Tuesday, September 20, 2011

Protecting Hamilton County from Spiny Water Flea

A year ago Sacandaga Lake was added to a growing list of New York State waterbodies infested with a new invader, the Spiny Water Flea. The Spiny Water Flea hitchhiked from Eurasia to Lake Huron in 1984 in ship ballast water, and since then, has spread to Lake Erie, Lake Ontario, the Great Sacandaga Lake, Peck Lake, and Stewarts Bridge Reservoir, threatening aquatic ecosystems, fishing, and tourism. The Hamilton County Soil and Water Conservation District is taking action to combat this tiny critter that could mean big changes for our lakes.
Topping out at half an inch in length, this invasive crustacean is not harmful to humans or pets, but could cause significant changes to the lakes it invades. Spiny Water Fleas gobble up enormous quantities of zooplankton that small fish such as young perch and minnows depend on for food. Studies indicate that the growth and survivorship of small fish are adversely impacted by fleas that are in direct competition with fish for food. Changes at the lower levels of the food chain are felt in the upper levels because larger game fish such as trout, pike and walleye prey on small fish.

Anglers beware because fleas clog rod eyelets and inhibit fish from being landed. They collect on trolling lines by the hundreds, and people resort to cutting their line when the heavy build-up makes reeling impossible.

The Darren Fresh Water Institute reported that in 2009, native zooplankton significantly decreased in the Great Sacandaga Lake compared to 2003 and 2004, and the culprit may be the fleas. The District’s Conservation Educator Caitlin Stewart said, “U.S. Geological Survey research suggests that fleas in Lake Huron may be responsible for food web changes including a decline in zooplankton that adversely impacts fish and results in lost tourism revenue. Only time will tell how this new infestation will affect Sacandaga Lake, but for a county whose economy depends on tourism, this confirmation is scary.”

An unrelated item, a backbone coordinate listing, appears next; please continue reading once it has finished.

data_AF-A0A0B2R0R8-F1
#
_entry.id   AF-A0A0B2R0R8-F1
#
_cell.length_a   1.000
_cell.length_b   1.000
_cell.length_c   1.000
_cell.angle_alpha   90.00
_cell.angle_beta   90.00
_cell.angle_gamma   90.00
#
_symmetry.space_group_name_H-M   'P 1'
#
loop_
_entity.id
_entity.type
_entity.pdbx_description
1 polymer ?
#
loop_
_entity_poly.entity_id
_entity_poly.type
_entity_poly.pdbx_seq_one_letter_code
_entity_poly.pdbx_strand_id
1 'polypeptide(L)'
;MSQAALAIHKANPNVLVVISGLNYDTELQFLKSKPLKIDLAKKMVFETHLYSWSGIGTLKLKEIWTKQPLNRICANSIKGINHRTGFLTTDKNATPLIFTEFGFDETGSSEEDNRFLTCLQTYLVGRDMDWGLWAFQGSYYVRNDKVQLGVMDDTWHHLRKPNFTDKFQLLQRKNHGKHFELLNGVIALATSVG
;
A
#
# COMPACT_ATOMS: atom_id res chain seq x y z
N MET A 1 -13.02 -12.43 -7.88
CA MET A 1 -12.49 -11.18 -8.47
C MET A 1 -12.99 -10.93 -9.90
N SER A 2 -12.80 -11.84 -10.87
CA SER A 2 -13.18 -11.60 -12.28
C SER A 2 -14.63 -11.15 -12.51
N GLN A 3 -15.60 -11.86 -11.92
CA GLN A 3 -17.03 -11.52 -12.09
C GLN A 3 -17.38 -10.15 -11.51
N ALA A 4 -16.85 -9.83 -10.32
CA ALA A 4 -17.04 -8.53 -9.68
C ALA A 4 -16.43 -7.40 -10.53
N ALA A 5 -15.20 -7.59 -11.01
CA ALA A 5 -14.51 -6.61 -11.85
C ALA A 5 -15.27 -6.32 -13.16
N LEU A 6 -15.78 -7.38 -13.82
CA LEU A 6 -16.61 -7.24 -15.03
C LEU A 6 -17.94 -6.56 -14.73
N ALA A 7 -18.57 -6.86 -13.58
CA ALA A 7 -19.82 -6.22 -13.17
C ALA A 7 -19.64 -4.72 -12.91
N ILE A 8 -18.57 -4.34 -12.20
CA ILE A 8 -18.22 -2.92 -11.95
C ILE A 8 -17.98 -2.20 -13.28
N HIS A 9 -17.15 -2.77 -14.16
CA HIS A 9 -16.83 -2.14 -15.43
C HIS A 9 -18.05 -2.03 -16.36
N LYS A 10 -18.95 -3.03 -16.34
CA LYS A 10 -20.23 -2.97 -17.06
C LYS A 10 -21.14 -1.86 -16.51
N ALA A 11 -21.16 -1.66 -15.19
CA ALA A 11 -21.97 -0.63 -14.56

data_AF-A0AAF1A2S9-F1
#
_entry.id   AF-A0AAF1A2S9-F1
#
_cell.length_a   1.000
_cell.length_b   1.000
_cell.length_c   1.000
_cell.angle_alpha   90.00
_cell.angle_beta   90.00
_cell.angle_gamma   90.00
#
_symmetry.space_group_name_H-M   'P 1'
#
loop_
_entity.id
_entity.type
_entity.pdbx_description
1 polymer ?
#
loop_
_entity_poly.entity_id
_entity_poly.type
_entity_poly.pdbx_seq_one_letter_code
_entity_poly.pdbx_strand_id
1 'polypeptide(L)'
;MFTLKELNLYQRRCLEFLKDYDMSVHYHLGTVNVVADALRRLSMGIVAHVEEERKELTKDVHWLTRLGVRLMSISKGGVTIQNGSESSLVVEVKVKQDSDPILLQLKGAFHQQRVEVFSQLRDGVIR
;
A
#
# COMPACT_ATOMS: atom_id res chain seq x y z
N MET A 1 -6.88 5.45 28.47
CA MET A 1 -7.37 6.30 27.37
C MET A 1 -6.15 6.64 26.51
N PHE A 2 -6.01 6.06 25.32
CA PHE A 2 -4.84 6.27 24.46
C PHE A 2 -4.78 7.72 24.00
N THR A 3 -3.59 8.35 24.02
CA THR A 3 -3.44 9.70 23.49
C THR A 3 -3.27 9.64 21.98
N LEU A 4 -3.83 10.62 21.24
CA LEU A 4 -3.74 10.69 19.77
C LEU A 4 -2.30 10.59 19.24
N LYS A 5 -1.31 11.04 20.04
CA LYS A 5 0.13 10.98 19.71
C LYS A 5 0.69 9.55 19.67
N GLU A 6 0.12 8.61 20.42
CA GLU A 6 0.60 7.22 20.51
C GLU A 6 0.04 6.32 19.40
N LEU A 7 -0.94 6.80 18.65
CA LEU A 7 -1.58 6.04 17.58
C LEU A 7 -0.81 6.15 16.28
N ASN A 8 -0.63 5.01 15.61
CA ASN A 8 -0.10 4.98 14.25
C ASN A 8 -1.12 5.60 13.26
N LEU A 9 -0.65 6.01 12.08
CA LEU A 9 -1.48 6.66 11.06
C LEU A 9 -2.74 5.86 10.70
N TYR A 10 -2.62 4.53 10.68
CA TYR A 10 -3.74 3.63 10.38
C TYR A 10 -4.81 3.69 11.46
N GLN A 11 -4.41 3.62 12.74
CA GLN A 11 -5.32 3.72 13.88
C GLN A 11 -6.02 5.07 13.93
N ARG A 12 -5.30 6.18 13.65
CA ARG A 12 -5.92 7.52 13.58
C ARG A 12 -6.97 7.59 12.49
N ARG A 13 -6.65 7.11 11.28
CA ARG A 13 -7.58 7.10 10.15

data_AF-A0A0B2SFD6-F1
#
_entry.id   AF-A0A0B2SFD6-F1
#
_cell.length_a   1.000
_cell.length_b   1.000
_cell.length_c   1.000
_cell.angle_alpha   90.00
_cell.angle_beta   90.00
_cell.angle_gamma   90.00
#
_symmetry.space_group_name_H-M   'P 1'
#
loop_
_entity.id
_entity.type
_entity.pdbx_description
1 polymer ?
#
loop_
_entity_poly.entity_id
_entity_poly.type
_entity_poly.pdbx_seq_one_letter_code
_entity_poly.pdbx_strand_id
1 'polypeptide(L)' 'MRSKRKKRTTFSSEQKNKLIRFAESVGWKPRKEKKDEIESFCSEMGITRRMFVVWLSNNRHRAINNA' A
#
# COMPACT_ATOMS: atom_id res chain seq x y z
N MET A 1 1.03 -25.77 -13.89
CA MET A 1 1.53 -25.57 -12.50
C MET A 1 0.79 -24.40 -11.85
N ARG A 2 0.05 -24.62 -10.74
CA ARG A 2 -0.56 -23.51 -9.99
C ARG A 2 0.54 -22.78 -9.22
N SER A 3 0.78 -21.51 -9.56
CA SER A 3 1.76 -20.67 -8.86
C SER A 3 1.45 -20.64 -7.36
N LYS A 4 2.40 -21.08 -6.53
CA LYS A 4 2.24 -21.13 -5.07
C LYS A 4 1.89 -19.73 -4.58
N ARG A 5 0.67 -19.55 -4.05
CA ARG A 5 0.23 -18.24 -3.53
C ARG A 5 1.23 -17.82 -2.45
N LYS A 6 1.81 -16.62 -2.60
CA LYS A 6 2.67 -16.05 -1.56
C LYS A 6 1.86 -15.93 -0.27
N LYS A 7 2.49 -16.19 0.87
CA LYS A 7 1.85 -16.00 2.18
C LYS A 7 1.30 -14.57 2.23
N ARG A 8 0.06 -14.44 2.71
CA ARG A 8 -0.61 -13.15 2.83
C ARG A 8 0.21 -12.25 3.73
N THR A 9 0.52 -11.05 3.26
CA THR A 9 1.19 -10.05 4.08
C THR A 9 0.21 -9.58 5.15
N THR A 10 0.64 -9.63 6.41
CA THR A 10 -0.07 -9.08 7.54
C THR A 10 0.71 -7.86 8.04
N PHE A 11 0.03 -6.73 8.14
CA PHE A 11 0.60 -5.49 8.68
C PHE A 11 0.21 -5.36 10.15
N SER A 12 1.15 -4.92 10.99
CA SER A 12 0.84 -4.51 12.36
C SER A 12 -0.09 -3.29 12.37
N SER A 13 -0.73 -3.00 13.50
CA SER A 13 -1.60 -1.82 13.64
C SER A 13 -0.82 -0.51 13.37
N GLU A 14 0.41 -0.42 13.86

Every two weeks during the summer months, fleas produce ten young, resulting in explosive populations. Eggs withstand freezing, drying, and being eaten and excreted by predators; are hardy enough to overwinter; and may lie dormant for years before they hatch. Tail spines prevent small fish from swallowing the fleas, and can puncture the mouths and stomach linings of larger fish that do eat them.

Spiny Water Fleas easily hitchhike to new lakes. “Adult fleas and eggs stick to fishing line, downrigger cables, and anchor ropes, and make their way into bait buckets and bilge water” explained Stewart. “Invasive species do not adhere to municipal or state boundaries and hitchhike many miles away from the initial infestation site. Recreationists enjoying an outing on an infested lake could unknowingly harbor Spiny Water Flea eggs or adults in their gear and watercraft and transport this deadly invader to un-infested lakes. ”

This summer, District staff amped up efforts to stop the spread of yet another invader. Educational outreach efforts included presentations to lake associations and civic organizations as well as the dissemination of posters and identification cards to campgrounds, bait shops, and businesses. Sacandaga Lake is one of twenty one lakes monitored yearly by the District for physical and chemical parameters in June, July, and August. Spread prevention includes disinfecting monitoring equipment and the anchor rope with a 5% bleach solution before leaving the boat launch. A visual inspection of the boat and trailer occurs before and after launching at every lake, and plants, mud, and organisms are removed. The aquatic invasive plants Eurasian and Variable Leaf Milfoil are established in 7 of the lakes we monitor including Fourth through Seventh Lakes, Long Lake, Raquette Lake, and Lake Algonquin, and these infested lakes in addition to Sacandaga Lake are monitored on the last day of the rotation to prevent their spread. The boat and trailer are washed at the District office after all lakes are monitored for the month.

You can help stop the spread of Spiny Water Flea and other invaders by remembering to check, clean, drain, and dry your equipment, watercraft, and trailer. Invasive species sightings should be reported. To learn more, visit our website at www.hamiltoncountyswcd.com.


Photo: Fleas collect on fishing line by the hundreds, preventing fish from being landed and making reeling impossible. Photo by J. Gunderson.


Caitlin Stewart is Conservation Educator at the Hamilton County Soil and Water Conservation District (HCSWCD). One of HCSWCD’s largest programs is their Invasive Species program and Caitlin will be sharing her field experiences, as well as the efforts and results of forest surveys, and monitoring and management.

Caitlin has deep roots in Hamilton County as both her grandparents purchased property on Sacandaga Lake and Lake Pleasant in the 1960s. Her parents met and were married in Lake Pleasant, and she spent summers and vacations there. She’s been a full time resident since 2008 and is an avid hiker, skier, paddler, runner and biker.




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